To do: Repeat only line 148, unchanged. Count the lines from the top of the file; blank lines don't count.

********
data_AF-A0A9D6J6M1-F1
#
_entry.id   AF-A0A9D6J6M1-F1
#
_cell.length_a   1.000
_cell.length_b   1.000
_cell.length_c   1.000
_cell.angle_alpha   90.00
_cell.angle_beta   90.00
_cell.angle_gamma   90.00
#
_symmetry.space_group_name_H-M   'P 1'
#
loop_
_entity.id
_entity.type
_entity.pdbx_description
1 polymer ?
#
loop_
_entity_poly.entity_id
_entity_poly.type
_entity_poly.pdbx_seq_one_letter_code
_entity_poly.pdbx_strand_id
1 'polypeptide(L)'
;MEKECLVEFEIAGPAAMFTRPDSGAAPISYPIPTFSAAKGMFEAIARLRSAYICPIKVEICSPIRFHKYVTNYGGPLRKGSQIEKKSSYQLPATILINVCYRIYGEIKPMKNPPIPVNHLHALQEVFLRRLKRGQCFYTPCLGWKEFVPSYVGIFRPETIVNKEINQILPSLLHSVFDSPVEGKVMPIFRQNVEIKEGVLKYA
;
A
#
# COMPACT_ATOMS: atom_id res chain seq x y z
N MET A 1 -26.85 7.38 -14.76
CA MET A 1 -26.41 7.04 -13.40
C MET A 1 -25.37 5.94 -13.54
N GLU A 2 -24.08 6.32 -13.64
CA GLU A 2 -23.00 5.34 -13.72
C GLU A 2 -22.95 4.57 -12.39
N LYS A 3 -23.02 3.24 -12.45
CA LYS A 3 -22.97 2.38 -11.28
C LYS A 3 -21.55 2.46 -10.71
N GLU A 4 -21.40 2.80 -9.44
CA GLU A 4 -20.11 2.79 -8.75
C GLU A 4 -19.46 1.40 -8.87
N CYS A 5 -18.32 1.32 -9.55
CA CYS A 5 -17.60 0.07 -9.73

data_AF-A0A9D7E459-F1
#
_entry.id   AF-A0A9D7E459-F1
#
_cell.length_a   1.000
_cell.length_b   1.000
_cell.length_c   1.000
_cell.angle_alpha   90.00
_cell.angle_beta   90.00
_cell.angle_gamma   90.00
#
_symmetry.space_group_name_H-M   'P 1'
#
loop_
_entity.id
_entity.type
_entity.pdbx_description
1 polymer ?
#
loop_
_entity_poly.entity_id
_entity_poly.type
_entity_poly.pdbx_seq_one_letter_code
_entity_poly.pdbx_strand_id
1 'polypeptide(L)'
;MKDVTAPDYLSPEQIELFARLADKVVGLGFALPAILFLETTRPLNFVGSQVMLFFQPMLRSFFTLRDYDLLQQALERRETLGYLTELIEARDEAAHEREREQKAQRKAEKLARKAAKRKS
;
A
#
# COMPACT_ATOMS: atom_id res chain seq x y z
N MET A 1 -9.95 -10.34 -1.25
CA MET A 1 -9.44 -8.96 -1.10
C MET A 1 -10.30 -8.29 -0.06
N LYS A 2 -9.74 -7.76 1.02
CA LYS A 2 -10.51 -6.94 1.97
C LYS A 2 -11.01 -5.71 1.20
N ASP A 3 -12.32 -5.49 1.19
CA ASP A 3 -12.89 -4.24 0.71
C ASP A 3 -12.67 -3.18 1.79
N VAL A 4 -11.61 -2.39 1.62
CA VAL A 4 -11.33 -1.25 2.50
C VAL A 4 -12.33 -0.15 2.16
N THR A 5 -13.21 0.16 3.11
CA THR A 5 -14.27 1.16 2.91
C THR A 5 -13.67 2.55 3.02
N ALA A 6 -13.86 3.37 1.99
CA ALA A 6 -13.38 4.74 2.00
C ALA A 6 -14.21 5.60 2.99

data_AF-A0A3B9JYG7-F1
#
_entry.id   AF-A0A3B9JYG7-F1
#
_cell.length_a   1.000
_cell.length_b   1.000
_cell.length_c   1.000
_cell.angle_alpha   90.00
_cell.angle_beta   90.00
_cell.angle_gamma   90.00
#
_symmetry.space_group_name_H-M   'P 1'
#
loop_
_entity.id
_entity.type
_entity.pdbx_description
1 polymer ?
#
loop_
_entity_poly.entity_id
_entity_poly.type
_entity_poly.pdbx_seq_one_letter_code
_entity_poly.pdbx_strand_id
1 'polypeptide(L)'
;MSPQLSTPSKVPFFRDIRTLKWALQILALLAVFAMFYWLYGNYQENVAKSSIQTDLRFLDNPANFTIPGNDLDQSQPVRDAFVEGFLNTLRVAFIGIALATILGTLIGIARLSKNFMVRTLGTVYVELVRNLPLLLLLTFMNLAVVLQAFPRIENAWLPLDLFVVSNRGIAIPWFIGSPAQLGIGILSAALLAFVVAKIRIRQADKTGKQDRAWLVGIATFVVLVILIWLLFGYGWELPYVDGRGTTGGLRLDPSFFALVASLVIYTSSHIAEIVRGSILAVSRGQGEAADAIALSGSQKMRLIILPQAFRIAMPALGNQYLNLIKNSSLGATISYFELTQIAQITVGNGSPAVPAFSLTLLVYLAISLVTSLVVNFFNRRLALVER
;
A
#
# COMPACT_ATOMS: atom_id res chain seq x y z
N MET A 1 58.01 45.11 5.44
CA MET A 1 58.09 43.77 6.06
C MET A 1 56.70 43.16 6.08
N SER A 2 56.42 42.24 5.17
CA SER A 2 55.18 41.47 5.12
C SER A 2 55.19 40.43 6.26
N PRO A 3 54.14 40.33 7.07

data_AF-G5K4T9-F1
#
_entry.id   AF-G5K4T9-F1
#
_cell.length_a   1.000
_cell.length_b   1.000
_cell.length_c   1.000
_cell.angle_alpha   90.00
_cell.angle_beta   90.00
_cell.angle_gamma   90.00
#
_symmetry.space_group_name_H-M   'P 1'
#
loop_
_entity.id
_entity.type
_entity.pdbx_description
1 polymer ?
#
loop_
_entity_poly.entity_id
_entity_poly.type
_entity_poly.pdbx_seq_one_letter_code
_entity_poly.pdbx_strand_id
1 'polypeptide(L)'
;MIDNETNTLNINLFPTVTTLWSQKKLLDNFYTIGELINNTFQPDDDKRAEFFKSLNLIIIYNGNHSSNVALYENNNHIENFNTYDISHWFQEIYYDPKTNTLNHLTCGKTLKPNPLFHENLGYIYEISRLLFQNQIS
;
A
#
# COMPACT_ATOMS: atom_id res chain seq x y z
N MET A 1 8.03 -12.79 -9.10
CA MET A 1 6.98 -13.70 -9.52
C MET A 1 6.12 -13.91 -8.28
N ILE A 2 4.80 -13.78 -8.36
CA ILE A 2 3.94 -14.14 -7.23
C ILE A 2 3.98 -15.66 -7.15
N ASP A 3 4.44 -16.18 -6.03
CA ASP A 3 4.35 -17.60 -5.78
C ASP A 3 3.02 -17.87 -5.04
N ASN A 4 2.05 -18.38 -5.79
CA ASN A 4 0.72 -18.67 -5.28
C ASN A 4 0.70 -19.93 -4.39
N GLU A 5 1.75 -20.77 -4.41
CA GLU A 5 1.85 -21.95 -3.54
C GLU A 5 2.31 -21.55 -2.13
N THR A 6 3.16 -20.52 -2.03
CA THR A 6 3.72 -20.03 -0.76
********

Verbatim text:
#